On Saturday we went along to Chestnut Hill’s annual Harry Potter Festival. This was a make-or-break year for us: we had loved the first two years that we had gone but last year the crowds were just far too intense for us to enjoy the experience. We had decided then that we would give it one more go to see if the organisers could make the required adaptations to accommodate the growing popularity of the festival and, if not, then it would be our last time going. I do very much feel for the organisers. They had come up with the brilliant idea of a themed local festival but its popularity had evidently snowballed faster than their ability to creatively problem solve. I am, therefore, happy to report that they had done a sterling job of resolving last year’s aggravating problems. There were far more portapotties than last year (though happily none of us ever had to use them); they had extended the stretch of Germantown Avenue that was pedestrianised; there were more police officers on duty to enforce the road closures; there was pre-paid wristband entry to specified activities; and there were designated parking lots around the area, including some with shuttle buses. As a result, it was a much smoother and pleasant experience than last year.
We parked on the campus of a church and from there it was just a gentle stroll to the centre of Chestnut Hill and all of the Harry Potter themed activities. We decided to start at the top of the Festival, the furthest point from where we had parked, and then work our way back down Germantown Avenue. We arrived there just as Professor Dumbledore took the stage to officially open the day’s event though we could not get close enough for anyone other than Mr Pict to be able to see over the heads of the crowd gathered around the stage. We did, however, bump into Lupin, Tonks, and Sirius Black who happily posed with my kids for photos. That is one of the things we enjoy most about the Festival, seeing all the cosplayers, the visitors dressed in costumes, or the Potterphiles wearing themed clothing. We saw even more dogs in costume than last year, including one dressed up as an acromantula and one dressed up as a golden snitch. The common nerdiness generates a warm family friendly atmosphere and a feeling of camaraderie.
We had decided not to buy the wristbands that would have given us access to certain activities. Partly it was down to expense but it was also because my kids had “been there and done that” in previous festivals. That did free up funds for indulging in butterbeer, chocolate frogs, and every flavour beans. Mostly, however, we just enjoyed absorbing the atmosphere, browsing fun stalls full of Potterphile wares – my 10 year old was sorely tempted by pocket watches – looking at displays in shop windows, and enjoying all of the costumes. The three younger boys did participate in some free activities too and came away with some goodie bags filled with freebies. My 14 year old was accompanying us under an Imperius Curse so was refusing to engage with any activity beyond strolling and inadvertent people watching.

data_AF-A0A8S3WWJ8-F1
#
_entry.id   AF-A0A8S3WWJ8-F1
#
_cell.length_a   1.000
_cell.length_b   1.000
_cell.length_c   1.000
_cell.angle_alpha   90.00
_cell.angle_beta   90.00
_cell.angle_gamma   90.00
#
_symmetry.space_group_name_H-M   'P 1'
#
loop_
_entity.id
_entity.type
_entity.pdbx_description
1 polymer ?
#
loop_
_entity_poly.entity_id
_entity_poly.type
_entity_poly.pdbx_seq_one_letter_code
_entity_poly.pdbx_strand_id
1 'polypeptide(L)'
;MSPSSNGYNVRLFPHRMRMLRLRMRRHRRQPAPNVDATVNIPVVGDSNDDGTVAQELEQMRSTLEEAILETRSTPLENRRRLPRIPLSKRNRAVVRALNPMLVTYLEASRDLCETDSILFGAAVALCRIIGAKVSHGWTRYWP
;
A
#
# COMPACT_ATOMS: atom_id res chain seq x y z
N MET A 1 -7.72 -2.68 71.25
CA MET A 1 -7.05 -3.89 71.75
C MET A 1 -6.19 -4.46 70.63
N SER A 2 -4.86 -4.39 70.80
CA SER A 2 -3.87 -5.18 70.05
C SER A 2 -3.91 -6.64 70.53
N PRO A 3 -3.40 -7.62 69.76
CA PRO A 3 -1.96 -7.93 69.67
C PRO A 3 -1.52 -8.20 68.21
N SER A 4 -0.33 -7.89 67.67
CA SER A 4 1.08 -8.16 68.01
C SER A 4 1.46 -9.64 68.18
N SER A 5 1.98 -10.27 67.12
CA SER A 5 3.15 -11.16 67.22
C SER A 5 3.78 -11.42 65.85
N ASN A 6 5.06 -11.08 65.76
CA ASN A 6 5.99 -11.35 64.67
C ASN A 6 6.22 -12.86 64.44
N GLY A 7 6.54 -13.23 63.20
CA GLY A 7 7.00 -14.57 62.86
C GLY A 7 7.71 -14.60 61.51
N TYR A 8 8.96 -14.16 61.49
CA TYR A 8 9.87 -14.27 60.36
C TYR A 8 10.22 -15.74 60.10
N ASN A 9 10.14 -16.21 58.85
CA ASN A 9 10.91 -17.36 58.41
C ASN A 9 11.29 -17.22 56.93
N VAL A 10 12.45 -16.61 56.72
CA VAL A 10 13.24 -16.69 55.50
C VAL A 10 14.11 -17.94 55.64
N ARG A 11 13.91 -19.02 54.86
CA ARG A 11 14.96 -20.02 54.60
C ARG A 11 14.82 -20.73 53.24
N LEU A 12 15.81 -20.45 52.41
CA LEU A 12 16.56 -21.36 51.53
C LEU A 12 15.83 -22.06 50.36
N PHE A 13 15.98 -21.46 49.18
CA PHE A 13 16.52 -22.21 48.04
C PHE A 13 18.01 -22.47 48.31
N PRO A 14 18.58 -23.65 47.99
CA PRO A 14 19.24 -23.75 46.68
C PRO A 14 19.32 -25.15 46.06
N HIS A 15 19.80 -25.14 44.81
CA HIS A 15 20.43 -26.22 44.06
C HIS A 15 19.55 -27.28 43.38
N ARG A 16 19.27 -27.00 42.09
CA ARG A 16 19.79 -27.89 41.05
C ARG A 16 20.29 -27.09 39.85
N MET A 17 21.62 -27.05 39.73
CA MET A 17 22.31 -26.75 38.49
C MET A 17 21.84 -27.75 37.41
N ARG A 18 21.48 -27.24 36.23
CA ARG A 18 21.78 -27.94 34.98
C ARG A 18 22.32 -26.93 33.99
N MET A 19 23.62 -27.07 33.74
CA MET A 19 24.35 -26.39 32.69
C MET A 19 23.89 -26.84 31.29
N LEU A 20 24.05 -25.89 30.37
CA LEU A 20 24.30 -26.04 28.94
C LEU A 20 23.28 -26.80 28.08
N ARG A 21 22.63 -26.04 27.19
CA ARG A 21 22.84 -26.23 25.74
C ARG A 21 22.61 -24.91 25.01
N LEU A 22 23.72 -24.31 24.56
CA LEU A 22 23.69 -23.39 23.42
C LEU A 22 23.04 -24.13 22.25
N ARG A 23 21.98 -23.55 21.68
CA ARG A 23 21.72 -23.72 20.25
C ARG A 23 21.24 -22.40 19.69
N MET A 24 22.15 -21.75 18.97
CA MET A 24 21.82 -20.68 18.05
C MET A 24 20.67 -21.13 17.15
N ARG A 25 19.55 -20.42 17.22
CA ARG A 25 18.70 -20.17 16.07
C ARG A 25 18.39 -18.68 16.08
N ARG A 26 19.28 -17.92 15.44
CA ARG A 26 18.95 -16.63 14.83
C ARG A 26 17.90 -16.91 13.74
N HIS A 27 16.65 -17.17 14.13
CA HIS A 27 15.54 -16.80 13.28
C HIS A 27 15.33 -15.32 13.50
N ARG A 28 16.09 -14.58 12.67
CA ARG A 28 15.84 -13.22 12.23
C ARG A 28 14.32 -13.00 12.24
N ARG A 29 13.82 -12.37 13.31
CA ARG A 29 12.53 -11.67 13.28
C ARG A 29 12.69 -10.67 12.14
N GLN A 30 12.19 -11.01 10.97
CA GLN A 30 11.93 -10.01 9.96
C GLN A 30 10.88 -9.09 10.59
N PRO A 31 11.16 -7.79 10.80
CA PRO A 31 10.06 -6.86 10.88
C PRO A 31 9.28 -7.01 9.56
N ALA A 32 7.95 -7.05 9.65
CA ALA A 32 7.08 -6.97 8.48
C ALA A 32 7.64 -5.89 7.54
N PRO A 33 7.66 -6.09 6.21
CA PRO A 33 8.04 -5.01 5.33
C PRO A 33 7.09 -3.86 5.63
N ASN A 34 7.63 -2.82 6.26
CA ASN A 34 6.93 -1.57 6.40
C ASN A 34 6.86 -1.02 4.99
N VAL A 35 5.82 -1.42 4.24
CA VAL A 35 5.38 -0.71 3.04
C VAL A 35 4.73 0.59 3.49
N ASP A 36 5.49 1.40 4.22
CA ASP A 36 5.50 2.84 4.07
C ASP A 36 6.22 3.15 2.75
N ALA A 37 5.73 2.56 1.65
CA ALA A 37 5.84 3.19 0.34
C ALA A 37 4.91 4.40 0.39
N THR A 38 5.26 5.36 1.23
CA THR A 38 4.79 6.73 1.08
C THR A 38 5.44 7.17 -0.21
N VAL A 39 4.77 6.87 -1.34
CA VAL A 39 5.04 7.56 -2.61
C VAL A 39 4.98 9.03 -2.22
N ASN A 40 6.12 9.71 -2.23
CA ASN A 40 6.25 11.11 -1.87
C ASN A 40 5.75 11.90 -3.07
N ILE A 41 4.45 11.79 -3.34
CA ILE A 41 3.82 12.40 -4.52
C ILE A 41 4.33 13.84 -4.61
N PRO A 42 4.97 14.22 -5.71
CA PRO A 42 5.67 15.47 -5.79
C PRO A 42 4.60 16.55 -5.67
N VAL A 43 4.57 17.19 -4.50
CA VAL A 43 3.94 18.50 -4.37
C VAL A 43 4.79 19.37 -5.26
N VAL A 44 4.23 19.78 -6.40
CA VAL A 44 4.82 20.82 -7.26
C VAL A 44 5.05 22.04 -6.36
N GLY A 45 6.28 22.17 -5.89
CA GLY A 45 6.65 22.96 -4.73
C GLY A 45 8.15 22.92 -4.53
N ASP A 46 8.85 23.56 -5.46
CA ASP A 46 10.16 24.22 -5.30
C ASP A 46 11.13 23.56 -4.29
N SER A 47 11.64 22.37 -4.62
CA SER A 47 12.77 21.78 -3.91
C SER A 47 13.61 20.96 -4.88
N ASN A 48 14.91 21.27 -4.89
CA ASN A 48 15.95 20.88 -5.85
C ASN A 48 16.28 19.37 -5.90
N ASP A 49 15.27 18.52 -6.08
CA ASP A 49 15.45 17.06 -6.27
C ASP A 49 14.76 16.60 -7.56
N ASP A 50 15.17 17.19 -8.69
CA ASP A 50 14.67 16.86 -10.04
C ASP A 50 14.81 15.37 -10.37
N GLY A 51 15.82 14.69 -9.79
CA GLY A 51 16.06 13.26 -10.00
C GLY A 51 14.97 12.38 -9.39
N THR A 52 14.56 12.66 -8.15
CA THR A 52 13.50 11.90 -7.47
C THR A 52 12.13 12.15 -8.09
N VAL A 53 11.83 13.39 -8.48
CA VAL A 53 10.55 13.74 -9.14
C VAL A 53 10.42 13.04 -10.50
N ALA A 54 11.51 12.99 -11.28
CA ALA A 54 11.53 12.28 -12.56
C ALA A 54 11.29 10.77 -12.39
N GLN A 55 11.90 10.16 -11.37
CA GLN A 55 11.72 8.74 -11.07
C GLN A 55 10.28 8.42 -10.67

There were on-street performances to watch too. We arrived too late to get within eyeballing distance of some of them but we did stop to watch a man carve a block of ice into Dobby the House Elf, we watched some great breakdancers (the Potter connection being unclear), and an acrobat performing in Hogwarts uniform. There was ample to see and do and this year we were not fighting through crowds or feeling like we were drowning in a sea of people. After a few hours of ambling, perusing, and taking photographs, however, it was time to return to the car. Aside from anything else, the younger boys were getting a bit crotchety from the heat and we needed a break from the glare of the sun. Once we got back to the church campus, however, the younger boys got a second wind and decided to play in the shade of the trees. They decided that the buildings could be Hogwarts and a wooden platform on the grass could be used as a stage for wizard dueling. It was a chilled way to end a day of Harry Pottering. The whole event passed our litmus test. They had made enough changes to make the growth of the Festival function effectively again and we are very pleased as it means we can return again next year.
As I have stated several times before, my kids and I are Potterphiles. I, therefore, decided to draw a Dementor in my sketchbook. Dementors are horrible creatures in the universe of the Harry Potter novels. They drain people of joy, happiness, and hope and feed on darkness, negativity, and despair. Furthermore, they suck people’s souls. In terms of their look, they are reminiscent of wraiths or the Grim Reaper. My Dementor sketch, however, looks like it has been drawn by someone whose soul has been sucked and drained of creative energy or artistic ability. I regret not underpinning this drawing with a pencil sketch because it went wrong from the get go, when I placed the dark inky ovals for the eyes and mouth. So at least that was a lesson learned.